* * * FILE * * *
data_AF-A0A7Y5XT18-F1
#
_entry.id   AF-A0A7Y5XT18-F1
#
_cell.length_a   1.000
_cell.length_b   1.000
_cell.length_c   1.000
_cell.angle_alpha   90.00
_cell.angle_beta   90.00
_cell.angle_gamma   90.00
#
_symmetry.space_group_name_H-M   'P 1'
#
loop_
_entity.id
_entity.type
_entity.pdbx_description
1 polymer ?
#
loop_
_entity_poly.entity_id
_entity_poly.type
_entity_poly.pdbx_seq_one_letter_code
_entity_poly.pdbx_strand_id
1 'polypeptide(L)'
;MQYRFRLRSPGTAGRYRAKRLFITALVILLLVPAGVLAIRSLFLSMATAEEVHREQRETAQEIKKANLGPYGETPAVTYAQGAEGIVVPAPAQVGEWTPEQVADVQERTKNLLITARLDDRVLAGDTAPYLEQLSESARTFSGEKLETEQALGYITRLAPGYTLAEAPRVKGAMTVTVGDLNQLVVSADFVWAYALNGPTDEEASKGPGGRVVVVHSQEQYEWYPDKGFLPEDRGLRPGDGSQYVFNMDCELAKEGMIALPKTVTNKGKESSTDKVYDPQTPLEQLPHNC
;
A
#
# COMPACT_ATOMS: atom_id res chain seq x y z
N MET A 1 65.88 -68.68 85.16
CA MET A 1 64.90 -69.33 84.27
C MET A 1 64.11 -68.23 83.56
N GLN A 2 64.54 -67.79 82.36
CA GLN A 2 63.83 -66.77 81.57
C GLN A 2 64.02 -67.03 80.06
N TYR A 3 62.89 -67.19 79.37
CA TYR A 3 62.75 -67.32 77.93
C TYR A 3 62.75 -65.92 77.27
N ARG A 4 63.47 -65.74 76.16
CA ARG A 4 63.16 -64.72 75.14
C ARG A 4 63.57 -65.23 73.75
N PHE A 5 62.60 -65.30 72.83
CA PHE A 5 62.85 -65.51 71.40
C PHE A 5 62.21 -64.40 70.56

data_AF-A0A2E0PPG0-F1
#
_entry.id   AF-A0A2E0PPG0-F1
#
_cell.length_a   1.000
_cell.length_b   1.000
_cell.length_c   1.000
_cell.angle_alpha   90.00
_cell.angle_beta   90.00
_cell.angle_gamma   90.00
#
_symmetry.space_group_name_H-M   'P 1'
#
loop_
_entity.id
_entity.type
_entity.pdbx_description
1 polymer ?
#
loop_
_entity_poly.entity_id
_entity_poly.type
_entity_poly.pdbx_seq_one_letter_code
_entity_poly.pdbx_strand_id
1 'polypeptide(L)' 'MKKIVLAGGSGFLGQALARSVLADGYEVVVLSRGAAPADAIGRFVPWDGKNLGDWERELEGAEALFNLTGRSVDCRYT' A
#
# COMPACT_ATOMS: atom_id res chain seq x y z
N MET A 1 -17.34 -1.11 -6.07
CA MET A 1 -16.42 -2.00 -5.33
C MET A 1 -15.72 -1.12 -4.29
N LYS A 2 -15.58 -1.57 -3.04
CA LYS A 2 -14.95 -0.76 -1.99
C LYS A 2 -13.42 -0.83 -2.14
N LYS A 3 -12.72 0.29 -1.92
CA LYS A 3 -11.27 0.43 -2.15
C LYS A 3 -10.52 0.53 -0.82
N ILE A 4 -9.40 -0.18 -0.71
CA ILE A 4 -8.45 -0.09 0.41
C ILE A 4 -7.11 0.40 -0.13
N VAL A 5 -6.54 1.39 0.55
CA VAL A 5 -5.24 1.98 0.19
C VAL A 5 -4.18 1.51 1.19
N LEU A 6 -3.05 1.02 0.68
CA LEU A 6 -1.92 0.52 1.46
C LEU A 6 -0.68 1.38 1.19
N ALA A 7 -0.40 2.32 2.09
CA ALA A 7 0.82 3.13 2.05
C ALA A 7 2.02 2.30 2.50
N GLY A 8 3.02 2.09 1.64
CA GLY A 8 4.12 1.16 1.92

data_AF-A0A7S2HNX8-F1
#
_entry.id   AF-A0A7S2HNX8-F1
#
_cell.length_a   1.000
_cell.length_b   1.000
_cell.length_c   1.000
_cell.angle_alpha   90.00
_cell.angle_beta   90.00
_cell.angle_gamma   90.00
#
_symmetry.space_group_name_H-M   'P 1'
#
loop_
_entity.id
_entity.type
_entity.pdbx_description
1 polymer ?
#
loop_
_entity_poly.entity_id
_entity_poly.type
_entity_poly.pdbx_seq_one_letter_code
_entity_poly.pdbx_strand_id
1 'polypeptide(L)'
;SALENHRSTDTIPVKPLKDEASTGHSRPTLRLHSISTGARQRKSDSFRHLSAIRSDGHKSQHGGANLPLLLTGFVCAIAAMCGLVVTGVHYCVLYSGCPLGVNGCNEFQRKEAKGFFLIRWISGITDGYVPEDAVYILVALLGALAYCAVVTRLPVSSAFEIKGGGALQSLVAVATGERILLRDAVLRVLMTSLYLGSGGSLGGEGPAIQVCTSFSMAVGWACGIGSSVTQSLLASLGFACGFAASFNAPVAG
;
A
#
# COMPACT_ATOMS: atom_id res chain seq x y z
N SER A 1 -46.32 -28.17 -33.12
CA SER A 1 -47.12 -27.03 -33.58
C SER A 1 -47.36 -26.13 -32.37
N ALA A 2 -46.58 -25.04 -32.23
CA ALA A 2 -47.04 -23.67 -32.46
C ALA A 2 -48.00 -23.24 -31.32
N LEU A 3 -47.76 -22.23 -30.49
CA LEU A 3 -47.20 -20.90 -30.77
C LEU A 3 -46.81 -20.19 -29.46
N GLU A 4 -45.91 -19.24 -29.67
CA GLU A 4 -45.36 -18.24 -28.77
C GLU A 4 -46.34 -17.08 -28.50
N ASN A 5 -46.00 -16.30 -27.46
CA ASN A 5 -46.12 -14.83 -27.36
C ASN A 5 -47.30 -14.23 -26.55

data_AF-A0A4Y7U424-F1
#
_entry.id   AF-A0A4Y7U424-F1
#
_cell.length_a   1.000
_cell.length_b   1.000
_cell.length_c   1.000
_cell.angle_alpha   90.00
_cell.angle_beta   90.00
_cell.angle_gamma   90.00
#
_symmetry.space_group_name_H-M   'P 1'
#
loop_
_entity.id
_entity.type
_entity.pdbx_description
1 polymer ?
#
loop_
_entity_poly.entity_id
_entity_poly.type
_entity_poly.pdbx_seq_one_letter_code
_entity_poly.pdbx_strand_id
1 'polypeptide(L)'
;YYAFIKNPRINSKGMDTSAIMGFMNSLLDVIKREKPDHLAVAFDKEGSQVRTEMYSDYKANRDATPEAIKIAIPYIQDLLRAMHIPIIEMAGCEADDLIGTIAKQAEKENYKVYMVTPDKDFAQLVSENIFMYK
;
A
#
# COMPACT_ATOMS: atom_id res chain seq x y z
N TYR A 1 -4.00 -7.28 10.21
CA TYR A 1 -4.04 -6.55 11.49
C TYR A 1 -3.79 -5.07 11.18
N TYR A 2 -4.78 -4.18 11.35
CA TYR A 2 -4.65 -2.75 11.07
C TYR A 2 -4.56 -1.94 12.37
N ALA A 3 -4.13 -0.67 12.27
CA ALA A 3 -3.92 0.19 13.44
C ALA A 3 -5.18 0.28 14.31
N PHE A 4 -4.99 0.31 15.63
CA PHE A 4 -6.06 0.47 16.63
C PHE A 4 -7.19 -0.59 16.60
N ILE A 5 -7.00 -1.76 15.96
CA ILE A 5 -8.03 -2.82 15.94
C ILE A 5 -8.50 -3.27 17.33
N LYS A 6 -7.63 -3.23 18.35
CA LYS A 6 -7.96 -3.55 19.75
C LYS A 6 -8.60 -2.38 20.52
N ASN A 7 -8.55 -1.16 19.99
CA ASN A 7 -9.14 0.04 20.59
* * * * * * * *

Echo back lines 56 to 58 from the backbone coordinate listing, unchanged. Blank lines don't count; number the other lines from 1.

#
_symmetry.space_group_name_H-M   'P 1'
#